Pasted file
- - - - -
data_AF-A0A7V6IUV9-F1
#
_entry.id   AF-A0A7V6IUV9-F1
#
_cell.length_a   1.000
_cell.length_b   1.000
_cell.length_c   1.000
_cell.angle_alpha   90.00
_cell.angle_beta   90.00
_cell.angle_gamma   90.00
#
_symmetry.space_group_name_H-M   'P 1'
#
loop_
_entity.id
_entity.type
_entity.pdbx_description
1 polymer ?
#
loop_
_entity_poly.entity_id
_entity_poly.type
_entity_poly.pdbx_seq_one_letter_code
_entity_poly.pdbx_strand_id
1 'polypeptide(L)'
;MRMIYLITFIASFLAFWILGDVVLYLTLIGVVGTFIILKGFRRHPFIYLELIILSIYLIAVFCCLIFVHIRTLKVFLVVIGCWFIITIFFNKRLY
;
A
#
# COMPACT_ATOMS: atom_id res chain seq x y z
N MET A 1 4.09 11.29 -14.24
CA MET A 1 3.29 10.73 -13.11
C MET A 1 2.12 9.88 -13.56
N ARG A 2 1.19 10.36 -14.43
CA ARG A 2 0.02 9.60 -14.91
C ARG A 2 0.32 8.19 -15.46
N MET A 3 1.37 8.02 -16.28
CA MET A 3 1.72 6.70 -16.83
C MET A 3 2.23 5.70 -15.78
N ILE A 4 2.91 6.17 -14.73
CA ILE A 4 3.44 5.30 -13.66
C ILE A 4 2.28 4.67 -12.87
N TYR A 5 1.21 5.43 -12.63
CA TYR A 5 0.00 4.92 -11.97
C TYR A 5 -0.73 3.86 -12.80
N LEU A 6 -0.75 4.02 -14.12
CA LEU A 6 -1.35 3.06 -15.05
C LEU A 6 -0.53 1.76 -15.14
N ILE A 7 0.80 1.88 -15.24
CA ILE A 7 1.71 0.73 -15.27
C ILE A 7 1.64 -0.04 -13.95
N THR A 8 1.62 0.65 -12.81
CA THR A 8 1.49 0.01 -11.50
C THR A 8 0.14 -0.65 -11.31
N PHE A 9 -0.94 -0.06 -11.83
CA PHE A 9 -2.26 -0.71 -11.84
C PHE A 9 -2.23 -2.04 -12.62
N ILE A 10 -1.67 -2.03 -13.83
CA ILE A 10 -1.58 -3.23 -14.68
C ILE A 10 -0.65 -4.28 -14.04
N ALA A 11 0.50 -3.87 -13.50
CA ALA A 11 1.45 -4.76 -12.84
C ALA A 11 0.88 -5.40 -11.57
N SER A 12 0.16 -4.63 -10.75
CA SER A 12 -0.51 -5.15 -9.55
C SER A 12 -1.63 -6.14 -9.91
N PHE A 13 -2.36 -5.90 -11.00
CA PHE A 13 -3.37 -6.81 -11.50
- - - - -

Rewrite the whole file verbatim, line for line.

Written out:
data_AF-A0A7V6IUV9-F1
#
_entry.id   AF-A0A7V6IUV9-F1
#
_cell.length_a   1.000
_cell.length_b   1.000
_cell.length_c   1.000
_cell.angle_alpha   90.00
_cell.angle_beta   90.00
_cell.angle_gamma   90.00
#
_symmetry.space_group_name_H-M   'P 1'
#
loop_
_entity.id
_entity.type
_entity.pdbx_description
1 polymer ?
#
loop_
_entity_poly.entity_id
_entity_poly.type
_entity_poly.pdbx_seq_one_letter_code
_entity_poly.pdbx_strand_id
1 'polypeptide(L)'
;MRMIYLITFIASFLAFWILGDVVLYLTLIGVVGTFIILKGFRRHPFIYLELIILSIYLIAVFCCLIFVHIRTLKVFLVVIGCWFIITIFFNKRLY
;
A
#
# COMPACT_ATOMS: atom_id res chain seq x y z
N MET A 1 4.09 11.29 -14.24
CA MET A 1 3.29 10.73 -13.11
C MET A 1 2.12 9.88 -13.56
N ARG A 2 1.19 10.36 -14.43
CA ARG A 2 0.02 9.60 -14.91
C ARG A 2 0.32 8.19 -15.46
N MET A 3 1.37 8.02 -16.28
CA MET A 3 1.72 6.70 -16.83
C MET A 3 2.23 5.70 -15.78
N ILE A 4 2.91 6.17 -14.73
CA ILE A 4 3.44 5.30 -13.66
C ILE A 4 2.28 4.67 -12.87
N TYR A 5 1.21 5.43 -12.63
CA TYR A 5 0.00 4.92 -11.97
C TYR A 5 -0.73 3.86 -12.80
N LEU A 6 -0.75 4.02 -14.12
CA LEU A 6 -1.35 3.06 -15.05
C LEU A 6 -0.53 1.76 -15.14
N ILE A 7 0.80 1.88 -15.24
CA ILE A 7 1.71 0.73 -15.27
C ILE A 7 1.64 -0.04 -13.95
N THR A 8 1.62 0.65 -12.81
CA THR A 8 1.49 0.01 -11.50
C THR A 8 0.14 -0.65 -11.31
N PHE A 9 -0.94 -0.06 -11.83
CA PHE A 9 -2.26 -0.71 -11.84
C PHE A 9 -2.23 -2.04 -12.62
N ILE A 10 -1.67 -2.03 -13.83
CA ILE A 10 -1.58 -3.23 -14.68
C ILE A 10 -0.65 -4.28 -14.04
N ALA A 11 0.50 -3.87 -13.50
CA ALA A 11 1.45 -4.76 -12.84
C ALA A 11 0.88 -5.40 -11.57
N SER A 12 0.16 -4.63 -10.75
CA SER A 12 -0.51 -5.15 -9.55
C SER A 12 -1.63 -6.14 -9.91
N PHE A 13 -2.36 -5.90 -11.00
CA PHE A 13 -3.37 -6.81 -11.50